As I write this today, I still feel like I’m writing someone else’s story. I’ll call it, “Health Care Worker suddenly becomes Primary Care Giver”.
We all relate to hearing stories about someone with Sciatica. Well, for 2 months my hubby worked with it, knowing he’d likely need time off if it was going to be a long time until it resided.
One day, the pain after working all day became excruciating. We went to our trusted massage pain doctor. He informed us he’d be calling an ambulance if we didn’t take ourselves to the ER and that my hubby would need emergent surgery.
We were shocked to hear that. We didn’t even have our coats with us or our affairs in order back home, yet we were rushed to Toronto, as they explained to us that a Spinal Compression was causing the weakness and onset of paralysis. They had a short window of time to minimize nerve damage, but that window had long passed as he had worked for weeks with the pain.
Since that weekend I’ve been his Primary Care giver. He has permanent bowel and bladder paralysis, and is at risk of falls (and has already had a few), and he also now has foot drop, not to mention constant nerve pain and exhaustion. Depression set in autonomically because of the signals being messed up, and also because he’s 42 and forced into not being able to work.
He also has autonomic dysfunction and has had a few scary attacks. His blood pressure is a problem, as well as his passing out at times.
We’ve had little support, if any, from doctors here. We’ve just had visits to the Neurologist in Toronto.
I’ve had no help. As Primary Care giver I cant work very long as Im needed at home. There are many tests still to come, as well as rehab sessions in order to learn to function with what’s left after Spinal Injury. So, I’m caregiver at home and not in the community any longer.
Like hubby, as we go through this together I too feel less than useful at times, but somehow it’s where I need to be. I feel empathy for anyone going through disability, especially an invisible one as there is so much judgement to face and little financial help offered. One day you’re working and have sciatica, or so you thought. Then, voila! You’re two days from the wheelchair but can luckily still walk, though only slowly, carefully and painfully. Invisible paralysis has set in.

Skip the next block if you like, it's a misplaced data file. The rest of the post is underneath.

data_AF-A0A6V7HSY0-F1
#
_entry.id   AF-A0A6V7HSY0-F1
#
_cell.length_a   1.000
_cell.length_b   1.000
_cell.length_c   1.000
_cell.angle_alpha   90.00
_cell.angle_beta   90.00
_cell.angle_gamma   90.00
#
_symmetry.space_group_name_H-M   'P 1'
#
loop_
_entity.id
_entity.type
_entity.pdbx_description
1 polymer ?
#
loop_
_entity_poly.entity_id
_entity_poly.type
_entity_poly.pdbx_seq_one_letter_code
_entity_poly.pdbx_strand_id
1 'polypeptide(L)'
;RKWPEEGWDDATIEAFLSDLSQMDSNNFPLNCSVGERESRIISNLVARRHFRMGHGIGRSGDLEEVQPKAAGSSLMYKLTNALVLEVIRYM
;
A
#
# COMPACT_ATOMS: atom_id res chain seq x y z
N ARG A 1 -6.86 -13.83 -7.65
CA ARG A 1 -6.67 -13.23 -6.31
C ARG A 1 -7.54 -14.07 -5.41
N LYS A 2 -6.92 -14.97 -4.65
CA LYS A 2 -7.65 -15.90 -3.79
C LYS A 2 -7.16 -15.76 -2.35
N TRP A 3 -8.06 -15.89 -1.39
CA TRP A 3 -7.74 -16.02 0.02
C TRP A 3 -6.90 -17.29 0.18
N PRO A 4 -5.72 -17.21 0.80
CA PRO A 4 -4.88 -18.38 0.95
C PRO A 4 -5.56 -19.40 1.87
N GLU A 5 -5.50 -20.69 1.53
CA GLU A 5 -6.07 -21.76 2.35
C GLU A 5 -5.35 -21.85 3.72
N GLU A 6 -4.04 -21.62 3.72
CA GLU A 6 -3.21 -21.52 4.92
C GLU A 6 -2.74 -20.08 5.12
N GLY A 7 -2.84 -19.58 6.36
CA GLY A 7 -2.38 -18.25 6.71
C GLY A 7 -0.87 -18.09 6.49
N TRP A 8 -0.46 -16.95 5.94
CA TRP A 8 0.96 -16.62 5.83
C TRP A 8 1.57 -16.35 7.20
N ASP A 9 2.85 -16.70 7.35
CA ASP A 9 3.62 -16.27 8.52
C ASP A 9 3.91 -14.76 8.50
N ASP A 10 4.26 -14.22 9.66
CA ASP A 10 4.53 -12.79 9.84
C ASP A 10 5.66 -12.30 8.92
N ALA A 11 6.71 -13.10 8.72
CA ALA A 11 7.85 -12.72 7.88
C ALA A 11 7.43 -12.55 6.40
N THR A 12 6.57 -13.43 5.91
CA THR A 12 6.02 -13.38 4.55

Even the doctors don’t know a lot about Cauda Equina Syndrome.
I don’t quite absorb what the tests will do, as there is no cure for Spinal Injury.
We’re hopeful that someday they will find a way to regenerate damaged nerves.
And we are thankful for every day without an attack of autonomic dysfunction, and for family. We educate friends who have sciatica. If you experience numbness or paralysis do all in your power to make someone listen to you. The spinal canal is your whole nerve system. If the root nerves are damaged, that will affect everything. Even sleep dysfunction is common.
Be an advocate for your own health. Continue to make doctors and loved ones listen to you during your sciatica recovery so that no stone goes unturned. It is life changing. I’ve seen this throughout my hubby’s struggle with disability and depression. There’s an element of grief that comes with the sudden loss of friends, loss of independence, loss of thoughts and dreams for the future, loss of security, etc.
Thanks for listening.
People are curious as they don’t often know about this issue. Many don’t believe it could happen to them. I’m here to say that if your disc ruptures into your spinal canal, it’s that quick and can happen to anyone.